Skate park talks falter

ALBANY, Ga. -- The Albany-Dougherty Inner City Authority is considering what to do with a skate park on the east side of the Flint River after contract negotiations with the authority's prime prospect collapsed.

Acting ADICA counsel Nathan Davis told board members Wednesday that Lane Rosen had decided that the board's terms didn't fit with his vision for the future of the facility.

Rosen had pitched a plan to ADICA to transform the park to one that included expanded attractions geared toward teens and family, including a zip line and possible water activities on the banks of the Flint.

But over the last few months, Davis reported to the board that negotiations had stalled. During the authority's June meeting, Davis said that Rosen took issue with the board's position of basing rent on gross rather than net sales and the length of the contract.

Attempts to reach Rosen for comment Wednesday night were unsuccessful.

Interim ADICA Director James Taylor told the board that the park, which is currently being operated under the supervision of the city's Recreation and Parks department, could stay open through the summer, but that the board would have take action on where to go from there.

"We can try to keep it open for the summer, but it's certainly an issue and I would advise the board, unless you all want to remain in the skate park business, that we try and get out of that business," Taylor said.

"Either we go all in or we get out," he said.

It's a discussion the board has had before.

When Taylor first brought the issue before the board following the restructuring of ADICA and the installation of new board members in January, the board decided to retain the property and see if tenants could be found to operate it.

Following that decision, the board named a committee to solicit and review proposals from prospective operators and make a recommendation. A proposal submitted by Rosen, who has experience in operating downtown businesses like the State Theatre, was selected as the only viable option.

The board did not vote to take any action, but Taylor recommended taking some course of action soon so that the property doesn't become a liability.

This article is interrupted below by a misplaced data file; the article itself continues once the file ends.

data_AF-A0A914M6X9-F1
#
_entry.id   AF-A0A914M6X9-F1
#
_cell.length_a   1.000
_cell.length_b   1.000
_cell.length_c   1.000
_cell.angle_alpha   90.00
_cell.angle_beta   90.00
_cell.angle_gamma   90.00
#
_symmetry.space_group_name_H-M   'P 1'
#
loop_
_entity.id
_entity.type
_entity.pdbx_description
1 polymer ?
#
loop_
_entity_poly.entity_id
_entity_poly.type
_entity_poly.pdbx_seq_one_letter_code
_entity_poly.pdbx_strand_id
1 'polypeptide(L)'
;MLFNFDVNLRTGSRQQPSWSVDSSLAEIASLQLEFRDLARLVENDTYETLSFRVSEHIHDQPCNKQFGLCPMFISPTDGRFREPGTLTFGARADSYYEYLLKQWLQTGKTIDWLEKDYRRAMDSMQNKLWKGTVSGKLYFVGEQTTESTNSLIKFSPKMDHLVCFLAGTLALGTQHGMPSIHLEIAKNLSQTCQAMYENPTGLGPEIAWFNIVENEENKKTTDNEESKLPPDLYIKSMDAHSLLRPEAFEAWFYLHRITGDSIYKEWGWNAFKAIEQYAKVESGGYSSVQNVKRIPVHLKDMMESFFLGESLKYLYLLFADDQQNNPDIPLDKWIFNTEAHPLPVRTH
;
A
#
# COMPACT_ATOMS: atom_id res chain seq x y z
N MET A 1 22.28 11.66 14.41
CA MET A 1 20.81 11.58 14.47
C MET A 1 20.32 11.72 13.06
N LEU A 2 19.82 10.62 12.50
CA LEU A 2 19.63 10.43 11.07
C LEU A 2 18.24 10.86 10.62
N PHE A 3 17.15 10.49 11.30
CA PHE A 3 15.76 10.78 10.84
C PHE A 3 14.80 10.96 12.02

In other action, the board voted to create a committee to review ADICA's facade grant program and report on a possible rewrite of the program.

Already revamped in the wake of the Don Buie scandal in which prosecutors alleged Buie used the facade grant program to give out cash to some business owners inappropriately and, in some cases, illegally, the program is a stripped-down and highly scrutinized shell of its former self.

Board member Thelma Johnson asked that the board consider altering the program so that businesses that are awarded grants but close months afterward don't leave ADICA in the lurch.

Her idea was to change the grant program to a deferred loan program that would spread the note out over several months so that if a business moves or closes, ADICA would be less likely to be left holding a sign for an empty building.

After hearing her idea, the board voted to create a committee to review the program and bring back recommendations.

The board also voted to grant the owner of D.J.'s Barber and Salon on Jefferson Street a $200 extension on the $2,800 facade grant it had already awarded so that the business could incorporate electricity to its sign.

The board's current program is capped at $5,000 and is limited to improvements to the exterior of buildings. D.J. Barber and Salon used its grant funds for a sign that was recently installed, ADICA officials said.